We first create an instance of the UrlHelper class, then use the UrlHelper to determine whether or not the url is a local url. Overall, this was a very simple change that has a big positive impact on the security of our application.

View the commit

Highlighting External Links

Another way to improve security is to warn the user when a link will forward them to another website. This is important because in BugTracker, a user can add a link inside a bug description. Much like the evil redirect, the destination page could be made to look exactly like BugTracker and attempt to trick the user into revealing secret data.

We like the approach that Wikipedia takes here. Any links that will take the user to a site outside of Wikipedia are highlighted with an external link icon.


This is actually relatively easy to accomplish using jQuery and CSS. First, we will add the following line of JavaScript to find all the external links and add the external-link class.

<script type='text/javascript'>
            $('a').filter(function() {
                return this.hostname &&
                       this.hostname !== location.hostname;

Normally, we would add this code to our MasterPage file so it is included in all the pages of the website. BugTracker does not use master pages yet, so we have added it to the section that renders the BugTracker menu instead. We will be looking at adding master pages in a future post.

Next, we will add the following to our main CSS file.

a.external-link {
    background-image: url('Content/images/ExternalLink.png');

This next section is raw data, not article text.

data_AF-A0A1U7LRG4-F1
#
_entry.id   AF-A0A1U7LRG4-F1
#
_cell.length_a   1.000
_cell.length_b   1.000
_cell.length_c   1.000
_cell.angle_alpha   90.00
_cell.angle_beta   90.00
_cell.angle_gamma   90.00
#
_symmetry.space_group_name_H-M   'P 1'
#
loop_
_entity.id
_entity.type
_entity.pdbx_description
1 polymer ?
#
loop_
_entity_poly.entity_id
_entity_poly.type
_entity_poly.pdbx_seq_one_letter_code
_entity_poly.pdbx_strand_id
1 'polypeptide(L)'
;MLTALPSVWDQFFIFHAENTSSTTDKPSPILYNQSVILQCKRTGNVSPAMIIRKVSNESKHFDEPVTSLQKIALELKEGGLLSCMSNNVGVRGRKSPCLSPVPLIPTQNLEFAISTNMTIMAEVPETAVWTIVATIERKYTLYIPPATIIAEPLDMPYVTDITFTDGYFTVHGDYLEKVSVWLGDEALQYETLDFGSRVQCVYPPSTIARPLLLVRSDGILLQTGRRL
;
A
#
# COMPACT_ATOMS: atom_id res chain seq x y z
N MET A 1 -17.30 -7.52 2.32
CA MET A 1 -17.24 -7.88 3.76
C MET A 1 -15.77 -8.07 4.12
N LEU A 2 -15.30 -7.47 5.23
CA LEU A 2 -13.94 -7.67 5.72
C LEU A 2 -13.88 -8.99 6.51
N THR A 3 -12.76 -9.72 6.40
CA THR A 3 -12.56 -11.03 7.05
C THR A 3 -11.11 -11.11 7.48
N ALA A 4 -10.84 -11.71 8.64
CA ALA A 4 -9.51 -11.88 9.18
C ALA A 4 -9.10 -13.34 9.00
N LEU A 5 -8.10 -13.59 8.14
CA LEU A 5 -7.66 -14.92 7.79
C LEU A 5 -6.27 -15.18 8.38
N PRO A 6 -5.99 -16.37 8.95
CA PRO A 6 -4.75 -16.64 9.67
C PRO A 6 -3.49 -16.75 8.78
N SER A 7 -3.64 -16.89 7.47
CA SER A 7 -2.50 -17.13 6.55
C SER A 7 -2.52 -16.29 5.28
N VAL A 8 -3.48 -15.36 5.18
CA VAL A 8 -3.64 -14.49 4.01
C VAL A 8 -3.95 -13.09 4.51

background-image: url('Content/images/ExternalLink.svg'), none;
    background-repeat: no-repeat;
    background-position: right center;
    display:inline-block !important;

Note, we are using the external link icon from Wikimedia Commons. For browsers that support it, we are using the SVG version of the icon and using a png version for older browsers like IE8.

View the commit

As you can see, external links in BugTracker.NET are now highlighted with the external link icon.image

At this point, everything appears to be working as expected but after further testing we noticed that the jQuery code to highlight external links was crashing on a number of pages. As it turns out, jQuery is NOT loaded on all pages. Again, the lack of master pages means we have no centralized place to add a reference to all our pages. We are going to need to bump the ‘master pages’ feature up in our priority list.

Unfortunately, we can’t simply add the jQuery script reference to the write_menu method above. If we do that, we will break some of the pages that already have jQuery and jQuery UI loaded. As a work-around, we decided to introduce RequireJS to dynamically load jQuery if it has not already been loaded. You can read more about this technique in the RequireJS docs.

View the Commit

Optimizing the background images

One final thing before we wrap this up. We can optimize our CSS by taking the external link background images and base64 encoding them directly into the stylesheet. For small images, this is more efficient because it eliminates the need for a separate HTTP request to retrieve the image.

We used a smart tag available via the Web Essentials plug-in to do this for us.

View the commit

Comments (0)

Skip to main content